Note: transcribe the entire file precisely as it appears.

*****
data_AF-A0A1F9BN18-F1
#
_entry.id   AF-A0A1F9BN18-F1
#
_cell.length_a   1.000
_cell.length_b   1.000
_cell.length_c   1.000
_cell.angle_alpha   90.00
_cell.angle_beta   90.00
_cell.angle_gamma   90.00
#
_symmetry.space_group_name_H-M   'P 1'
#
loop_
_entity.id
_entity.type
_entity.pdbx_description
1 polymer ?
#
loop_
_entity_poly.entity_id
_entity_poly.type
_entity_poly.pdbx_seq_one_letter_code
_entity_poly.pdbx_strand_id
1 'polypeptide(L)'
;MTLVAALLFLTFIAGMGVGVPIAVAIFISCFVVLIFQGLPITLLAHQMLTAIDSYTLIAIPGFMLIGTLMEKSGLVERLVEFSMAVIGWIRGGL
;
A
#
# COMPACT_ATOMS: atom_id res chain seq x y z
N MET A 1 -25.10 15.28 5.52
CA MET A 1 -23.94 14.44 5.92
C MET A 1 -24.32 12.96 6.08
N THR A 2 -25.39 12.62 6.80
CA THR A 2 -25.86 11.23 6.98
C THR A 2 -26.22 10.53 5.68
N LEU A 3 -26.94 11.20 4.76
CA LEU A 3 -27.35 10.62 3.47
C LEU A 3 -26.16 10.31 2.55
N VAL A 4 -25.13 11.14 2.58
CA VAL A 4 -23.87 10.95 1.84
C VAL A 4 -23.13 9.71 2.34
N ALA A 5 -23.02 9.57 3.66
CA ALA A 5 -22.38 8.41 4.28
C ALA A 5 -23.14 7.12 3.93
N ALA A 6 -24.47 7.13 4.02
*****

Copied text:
data_AF-A0A1F9BN18-F1
#
_entry.id   AF-A0A1F9BN18-F1
#
_cell.length_a   1.000
_cell.length_b   1.000
_cell.length_c   1.000
_cell.angle_alpha   90.00
_cell.angle_beta   90.00
_cell.angle_gamma   90.00
#
_symmetry.space_group_name_H-M   'P 1'
#
loop_
_entity.id
_entity.type
_entity.pdbx_description
1 polymer ?
#
loop_
_entity_poly.entity_id
_entity_poly.type
_entity_poly.pdbx_seq_one_letter_code
_entity_poly.pdbx_strand_id
1 'polypeptide(L)'
;MTLVAALLFLTFIAGMGVGVPIAVAIFISCFVVLIFQGLPITLLAHQMLTAIDSYTLIAIPGFMLIGTLMEKSGLVERLVEFSMAVIGWIRGGL
;
A
#
# COMPACT_ATOMS: atom_id res chain seq x y z
N MET A 1 -25.10 15.28 5.52
CA MET A 1 -23.94 14.44 5.92
C MET A 1 -24.32 12.96 6.08
N THR A 2 -25.39 12.62 6.80
CA THR A 2 -25.86 11.23 6.98
C THR A 2 -26.22 10.53 5.68
N LEU A 3 -26.94 11.20 4.76
CA LEU A 3 -27.35 10.62 3.47
C LEU A 3 -26.16 10.31 2.55
N VAL A 4 -25.13 11.14 2.58
CA VAL A 4 -23.87 10.95 1.84
C VAL A 4 -23.13 9.71 2.34
N ALA A 5 -23.02 9.57 3.66
CA ALA A 5 -22.38 8.41 4.28
C ALA A 5 -23.14 7.12 3.93
N ALA A 6 -24.47 7.13 4.02